Plants popularly used for loosing weight purposes in Porto Alegre, South Brazil.
ABSTRACT In this study, 14 herbalists (herb sellers) were interviewed about popular use of plants with weight loss purpose in Porto Alegre, a South Brazil city. For all identified species, scientific data were reviewed aiming to establish a correlation between popular use and biological properties. Seventy-eight samples were reported as having weigh loss properties. These samples come from 23 species and Asteraceae encompasses the greatest number of representatives. The greatest number of herbalist's citations was Baccharis articulata. The majority of plants have traditional use in Brazil but none is explicitly cited for loosing weight purposes. The pharmacological data are mainly from animal and in vitro studies and do not straight related to obesity. Only Ilex paraguariensis presents clinical data of efficacy in the treatment of obesity. Seven species present pre-clinical data that indicate a potential role in the control of certain conditions which are associated with obesity, such as hyperlipidemia (Campomanesia xanthocarpa, Cuphea carthagenensis, Cynara scolymus, Hibiscus sabdariffa, Ilex paraguariensis) and high levels of blood glucose (Achyrocline satureioides, Baccharis trimera, Campomanesia xanthocarpa). In conclusion, scientific data found are insufficient to guarantee the efficacy and safety of these plants for treating obesity. However, some of them present activities which could be useful to treat certain obesity comorbidities and deserve further studies.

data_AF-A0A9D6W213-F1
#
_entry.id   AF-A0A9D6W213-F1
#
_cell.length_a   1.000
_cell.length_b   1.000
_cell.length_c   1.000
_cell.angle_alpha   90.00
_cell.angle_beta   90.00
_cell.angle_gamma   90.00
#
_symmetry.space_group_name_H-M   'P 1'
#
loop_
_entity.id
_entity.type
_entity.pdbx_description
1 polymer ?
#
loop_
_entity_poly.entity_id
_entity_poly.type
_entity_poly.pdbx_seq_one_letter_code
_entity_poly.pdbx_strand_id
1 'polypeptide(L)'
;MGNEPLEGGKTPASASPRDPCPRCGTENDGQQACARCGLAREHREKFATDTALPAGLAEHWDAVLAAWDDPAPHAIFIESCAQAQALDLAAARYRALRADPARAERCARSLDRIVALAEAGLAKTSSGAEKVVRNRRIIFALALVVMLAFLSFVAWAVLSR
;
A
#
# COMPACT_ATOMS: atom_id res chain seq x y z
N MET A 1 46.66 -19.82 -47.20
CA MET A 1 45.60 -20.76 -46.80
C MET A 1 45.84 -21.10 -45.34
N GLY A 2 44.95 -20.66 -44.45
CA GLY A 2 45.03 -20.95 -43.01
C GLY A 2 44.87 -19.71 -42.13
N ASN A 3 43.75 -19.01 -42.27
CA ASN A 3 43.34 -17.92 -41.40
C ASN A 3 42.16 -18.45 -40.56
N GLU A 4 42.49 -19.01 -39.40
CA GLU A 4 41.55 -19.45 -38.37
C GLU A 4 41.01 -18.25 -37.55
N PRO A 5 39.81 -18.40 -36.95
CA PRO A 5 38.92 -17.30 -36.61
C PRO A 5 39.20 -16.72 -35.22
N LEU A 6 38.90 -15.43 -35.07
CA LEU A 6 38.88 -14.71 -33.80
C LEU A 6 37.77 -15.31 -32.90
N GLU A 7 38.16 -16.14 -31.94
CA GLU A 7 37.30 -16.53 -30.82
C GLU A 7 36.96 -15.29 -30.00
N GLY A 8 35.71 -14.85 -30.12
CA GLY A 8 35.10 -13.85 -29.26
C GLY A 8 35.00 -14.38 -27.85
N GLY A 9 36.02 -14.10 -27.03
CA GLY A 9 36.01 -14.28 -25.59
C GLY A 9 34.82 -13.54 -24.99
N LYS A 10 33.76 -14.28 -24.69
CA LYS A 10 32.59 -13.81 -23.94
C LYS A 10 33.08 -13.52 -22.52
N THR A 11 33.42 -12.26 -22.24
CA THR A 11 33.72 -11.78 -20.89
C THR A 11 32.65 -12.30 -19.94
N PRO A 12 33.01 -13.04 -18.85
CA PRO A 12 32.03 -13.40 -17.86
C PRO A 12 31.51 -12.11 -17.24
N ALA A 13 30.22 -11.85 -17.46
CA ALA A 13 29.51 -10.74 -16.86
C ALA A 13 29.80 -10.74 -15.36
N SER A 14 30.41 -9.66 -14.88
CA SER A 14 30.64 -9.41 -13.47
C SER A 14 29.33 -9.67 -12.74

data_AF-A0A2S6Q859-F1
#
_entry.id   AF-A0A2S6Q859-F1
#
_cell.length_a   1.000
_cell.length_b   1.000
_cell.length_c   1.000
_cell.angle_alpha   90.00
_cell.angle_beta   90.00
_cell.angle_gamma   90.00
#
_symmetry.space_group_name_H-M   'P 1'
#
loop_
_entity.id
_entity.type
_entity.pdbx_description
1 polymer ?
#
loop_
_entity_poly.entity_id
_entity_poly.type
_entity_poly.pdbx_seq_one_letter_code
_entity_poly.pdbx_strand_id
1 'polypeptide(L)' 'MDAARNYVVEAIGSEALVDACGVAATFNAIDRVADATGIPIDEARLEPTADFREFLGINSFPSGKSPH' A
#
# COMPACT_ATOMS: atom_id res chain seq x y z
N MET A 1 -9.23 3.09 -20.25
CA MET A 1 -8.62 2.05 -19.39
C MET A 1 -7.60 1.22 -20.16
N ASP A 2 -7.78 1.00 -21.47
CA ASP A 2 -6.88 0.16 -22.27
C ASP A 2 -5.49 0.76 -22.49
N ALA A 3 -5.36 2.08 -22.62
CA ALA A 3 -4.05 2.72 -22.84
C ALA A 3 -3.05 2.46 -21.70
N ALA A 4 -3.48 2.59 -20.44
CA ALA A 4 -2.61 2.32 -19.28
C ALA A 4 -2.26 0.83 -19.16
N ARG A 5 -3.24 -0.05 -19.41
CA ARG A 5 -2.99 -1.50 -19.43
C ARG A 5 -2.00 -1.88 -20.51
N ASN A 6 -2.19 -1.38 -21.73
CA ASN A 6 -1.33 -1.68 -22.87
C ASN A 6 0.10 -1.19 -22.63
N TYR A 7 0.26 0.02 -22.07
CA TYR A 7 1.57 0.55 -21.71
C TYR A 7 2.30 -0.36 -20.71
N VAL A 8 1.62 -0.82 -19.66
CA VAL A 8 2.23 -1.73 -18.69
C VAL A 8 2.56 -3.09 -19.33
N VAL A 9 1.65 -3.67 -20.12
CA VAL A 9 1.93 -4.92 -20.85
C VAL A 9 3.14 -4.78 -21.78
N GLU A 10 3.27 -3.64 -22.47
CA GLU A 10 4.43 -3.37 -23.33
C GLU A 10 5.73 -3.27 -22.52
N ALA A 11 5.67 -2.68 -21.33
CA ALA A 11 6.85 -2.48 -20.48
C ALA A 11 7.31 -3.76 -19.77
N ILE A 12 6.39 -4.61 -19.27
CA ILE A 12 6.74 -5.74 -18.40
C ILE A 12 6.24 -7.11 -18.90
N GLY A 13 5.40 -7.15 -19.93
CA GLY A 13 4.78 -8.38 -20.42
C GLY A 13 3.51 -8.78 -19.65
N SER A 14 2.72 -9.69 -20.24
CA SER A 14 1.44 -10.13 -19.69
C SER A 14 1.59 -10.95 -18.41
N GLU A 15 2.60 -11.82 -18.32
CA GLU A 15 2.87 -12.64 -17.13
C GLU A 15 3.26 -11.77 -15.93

- SourceAvailable from: Adair Roberto Soares Santos
- "Studies have shown that C. xanthocarpa possesses a wide spectrum of physiological effects: the leaves of this plant are used as infusion in folk medicine to treat inflammatory diseases and hypercholesterolemia . Moreover, C. xanthocarpa is empirically used for weight loss and for the control of a number of conditions associated with obesity . One of the most recent studies demonstrated that the C. xanthocarpa produced an effect parallel with the mechanism of oral hypolipemiants, and that this plant showed intense presence of saponins , which are widely distributed in plants and have many biological activities, such as antiplatelet activity  . "